Alice has a conversation with Tommy during a meal, goes to work as a singer on a piano bar and is courted by Ben (Harvey Keitel) a guy with a ridiculous white cowboy costume. Their conversation pretty much was a marker for me in the film, with its energetic humour. In the rest of the film, we see and hear Alice – smart, jaded yet funny – talk to the other characters. Along with Ben there are other characters as we meet them. Her outgoing nature towards the other characters make for the appearance of good writing. Or good writing, complemented by Scorsese’s vision for characters. The film adds Scorsesean characteristic on women, who repress their actions but not while speaking their minds.
Alice imagines her son being ‘bored out of his mind,’ and there he is, watching an old colour movie where a man makes a woman’s costume more scandalous, makes her sing, but she sings gladly. Eventually he’ll get bad friends (Jodie Foster) and get into trouble. Two possible readings of the scene and Tommy’s story line. First and the most obvious one, he’s imagining his mother going through the same thing, as the movie he’s watching is cheapening both women’s common ordeal. Alice would later tell her next boyfriend David (Kris Kristofferson) about Lana Turner, showing how movies influence these characters’ perceptions. The second, this scene is the manifestation of familial conditions of the time. Not just with single moms but with the looming recession two years after this film is released, mothers both single and married have to go back in the workplace and children are left alone in their homes. Scorsese, however, is mature enough not to blame neither mother nor child for this.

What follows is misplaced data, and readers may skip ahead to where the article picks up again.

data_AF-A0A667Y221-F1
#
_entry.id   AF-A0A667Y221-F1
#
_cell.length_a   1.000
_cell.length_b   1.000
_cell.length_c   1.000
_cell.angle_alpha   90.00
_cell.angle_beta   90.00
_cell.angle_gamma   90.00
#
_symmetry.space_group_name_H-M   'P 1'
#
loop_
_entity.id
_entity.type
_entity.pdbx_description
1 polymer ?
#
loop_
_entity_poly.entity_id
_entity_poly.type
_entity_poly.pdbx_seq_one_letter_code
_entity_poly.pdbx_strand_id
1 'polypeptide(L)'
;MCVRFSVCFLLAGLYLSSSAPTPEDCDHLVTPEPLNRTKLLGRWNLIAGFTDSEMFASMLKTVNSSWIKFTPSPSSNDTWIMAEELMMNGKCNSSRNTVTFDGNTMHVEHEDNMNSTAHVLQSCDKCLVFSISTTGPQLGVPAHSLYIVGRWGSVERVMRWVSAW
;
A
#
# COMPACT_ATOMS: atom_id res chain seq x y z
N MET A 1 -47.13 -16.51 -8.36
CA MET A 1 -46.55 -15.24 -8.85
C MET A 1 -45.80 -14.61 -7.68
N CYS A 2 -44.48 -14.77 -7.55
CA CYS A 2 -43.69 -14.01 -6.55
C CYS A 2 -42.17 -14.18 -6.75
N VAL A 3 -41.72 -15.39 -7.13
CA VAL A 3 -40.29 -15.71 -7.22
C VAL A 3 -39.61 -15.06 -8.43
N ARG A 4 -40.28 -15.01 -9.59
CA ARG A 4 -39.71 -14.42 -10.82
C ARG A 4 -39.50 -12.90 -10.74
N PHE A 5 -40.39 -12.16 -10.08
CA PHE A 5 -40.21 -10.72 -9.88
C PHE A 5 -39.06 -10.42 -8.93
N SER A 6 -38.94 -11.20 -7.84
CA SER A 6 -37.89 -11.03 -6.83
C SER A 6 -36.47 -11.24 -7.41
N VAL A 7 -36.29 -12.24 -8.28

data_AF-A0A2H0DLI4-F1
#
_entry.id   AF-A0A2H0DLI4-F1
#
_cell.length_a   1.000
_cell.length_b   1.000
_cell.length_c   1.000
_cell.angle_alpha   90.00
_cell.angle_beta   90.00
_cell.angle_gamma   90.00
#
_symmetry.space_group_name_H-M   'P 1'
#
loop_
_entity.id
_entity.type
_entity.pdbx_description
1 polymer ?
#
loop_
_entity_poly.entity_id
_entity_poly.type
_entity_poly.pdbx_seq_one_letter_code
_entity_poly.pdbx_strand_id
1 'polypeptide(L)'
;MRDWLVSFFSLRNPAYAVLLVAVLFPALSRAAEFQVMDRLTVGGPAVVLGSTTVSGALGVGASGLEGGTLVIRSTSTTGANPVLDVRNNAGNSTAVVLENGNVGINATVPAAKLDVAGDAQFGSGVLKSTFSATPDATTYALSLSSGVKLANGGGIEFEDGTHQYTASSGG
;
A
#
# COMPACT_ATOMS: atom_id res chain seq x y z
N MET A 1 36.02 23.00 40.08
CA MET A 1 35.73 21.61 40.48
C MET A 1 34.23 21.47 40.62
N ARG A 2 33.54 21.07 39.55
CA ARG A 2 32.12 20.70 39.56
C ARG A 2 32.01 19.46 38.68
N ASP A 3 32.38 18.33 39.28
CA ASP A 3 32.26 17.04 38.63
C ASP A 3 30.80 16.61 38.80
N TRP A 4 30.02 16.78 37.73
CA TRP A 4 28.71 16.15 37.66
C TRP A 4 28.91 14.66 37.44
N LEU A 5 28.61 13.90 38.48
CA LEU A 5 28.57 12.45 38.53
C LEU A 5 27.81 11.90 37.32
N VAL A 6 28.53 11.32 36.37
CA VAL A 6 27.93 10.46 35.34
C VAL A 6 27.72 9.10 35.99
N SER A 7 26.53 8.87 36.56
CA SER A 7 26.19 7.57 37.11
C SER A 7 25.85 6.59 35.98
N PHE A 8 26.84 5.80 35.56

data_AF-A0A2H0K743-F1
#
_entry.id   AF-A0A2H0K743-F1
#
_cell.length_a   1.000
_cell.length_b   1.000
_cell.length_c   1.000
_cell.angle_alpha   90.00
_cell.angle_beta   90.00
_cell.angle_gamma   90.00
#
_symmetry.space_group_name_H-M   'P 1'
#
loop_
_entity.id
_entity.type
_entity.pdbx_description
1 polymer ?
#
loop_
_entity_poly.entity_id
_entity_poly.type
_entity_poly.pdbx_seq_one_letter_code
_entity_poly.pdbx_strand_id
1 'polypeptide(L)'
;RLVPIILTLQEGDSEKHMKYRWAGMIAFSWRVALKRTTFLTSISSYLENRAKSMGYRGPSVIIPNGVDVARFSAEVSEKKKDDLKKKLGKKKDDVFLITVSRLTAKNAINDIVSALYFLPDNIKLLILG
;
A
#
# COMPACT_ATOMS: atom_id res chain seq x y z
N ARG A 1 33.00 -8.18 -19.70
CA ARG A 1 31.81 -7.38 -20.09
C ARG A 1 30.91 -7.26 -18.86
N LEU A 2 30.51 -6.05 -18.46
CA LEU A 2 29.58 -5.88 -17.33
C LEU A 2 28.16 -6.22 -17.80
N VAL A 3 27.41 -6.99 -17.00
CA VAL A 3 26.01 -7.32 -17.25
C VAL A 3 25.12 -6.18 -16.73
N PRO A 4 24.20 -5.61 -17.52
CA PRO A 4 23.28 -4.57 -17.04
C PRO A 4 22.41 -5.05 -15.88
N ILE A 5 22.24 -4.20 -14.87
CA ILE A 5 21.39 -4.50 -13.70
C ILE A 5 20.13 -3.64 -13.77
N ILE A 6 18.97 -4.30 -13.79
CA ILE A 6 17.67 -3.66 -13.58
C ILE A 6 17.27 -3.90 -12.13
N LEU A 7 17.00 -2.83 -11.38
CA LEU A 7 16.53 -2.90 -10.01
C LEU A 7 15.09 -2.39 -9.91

The only reason why I hesitated to call on the film’s excellent writing is because of how one of the next scenes play out. Surprisingly, Ben’s wife comes knocking at Alice’s door. There’s an emotional scene found in most melodramas, mixed not so distractingly with Scorsese using handheld, only to be sandbagged by Ben banging on Alice’s motel room door. I really thought Keitel would stay against type in the film, and I expected the same with Scorsese as well. It ended up becoming like a milder version of that scene in Raging Bull. However, I accept what happens in the story, especially since we’re observing Alice’s reaction to Ben showing his evil side. She looks like she’s been there before, but she’s shell shocked and defeated, unable to defy Ben. Nonetheless, she knows what to do.